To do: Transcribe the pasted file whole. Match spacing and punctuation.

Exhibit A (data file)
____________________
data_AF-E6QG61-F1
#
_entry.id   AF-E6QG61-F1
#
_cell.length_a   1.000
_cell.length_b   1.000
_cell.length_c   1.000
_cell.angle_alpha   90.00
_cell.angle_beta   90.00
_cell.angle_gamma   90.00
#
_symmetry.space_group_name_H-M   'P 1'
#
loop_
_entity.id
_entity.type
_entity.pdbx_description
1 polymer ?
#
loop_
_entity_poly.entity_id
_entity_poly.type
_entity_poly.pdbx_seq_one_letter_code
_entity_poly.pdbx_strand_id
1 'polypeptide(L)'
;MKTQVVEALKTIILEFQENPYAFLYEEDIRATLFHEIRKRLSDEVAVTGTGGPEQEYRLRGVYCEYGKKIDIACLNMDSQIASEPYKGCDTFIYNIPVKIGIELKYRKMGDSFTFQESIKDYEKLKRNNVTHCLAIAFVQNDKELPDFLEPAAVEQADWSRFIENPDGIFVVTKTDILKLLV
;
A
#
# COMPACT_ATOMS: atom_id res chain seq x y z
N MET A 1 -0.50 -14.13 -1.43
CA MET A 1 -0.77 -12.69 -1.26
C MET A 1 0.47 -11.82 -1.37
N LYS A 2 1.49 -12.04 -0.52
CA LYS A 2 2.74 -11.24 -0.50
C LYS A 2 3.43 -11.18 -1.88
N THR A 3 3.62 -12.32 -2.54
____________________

data_AF-E6QG61-F1
#
_entry.id   AF-E6QG61-F1
#
_cell.length_a   1.000
_cell.length_b   1.000
_cell.length_c   1.000
_cell.angle_alpha   90.00
_cell.angle_beta   90.00
_cell.angle_gamma   90.00
#
_symmetry.space_group_name_H-M   'P 1'
#
loop_
_entity.id
_entity.type
_entity.pdbx_description
1 polymer ?
#
loop_
_entity_poly.entity_id
_entity_poly.type
_entity_poly.pdbx_seq_one_letter_code
_entity_poly.pdbx_strand_id
1 'polypeptide(L)'
;MKTQVVEALKTIILEFQENPYAFLYEEDIRATLFHEIRKRLSDEVAVTGTGGPEQEYRLRGVYCEYGKKIDIACLNMDSQIASEPYKGCDTFIYNIPVKIGIELKYRKMGDSFTFQESIKDYEKLKRNNVTHCLAIAFVQNDKELPDFLEPAAVEQADWSRFIENPDGIFVVTKTDILKLLV
;
A
#
# COMPACT_ATOMS: atom_id res chain seq x y z
N MET A 1 -0.50 -14.13 -1.43
CA MET A 1 -0.77 -12.69 -1.26
C MET A 1 0.47 -11.82 -1.37
N LYS A 2 1.49 -12.04 -0.52
CA LYS A 2 2.74 -11.24 -0.50
C LYS A 2 3.43 -11.18 -1.88
N THR A 3 3.62 -12.32 -2.54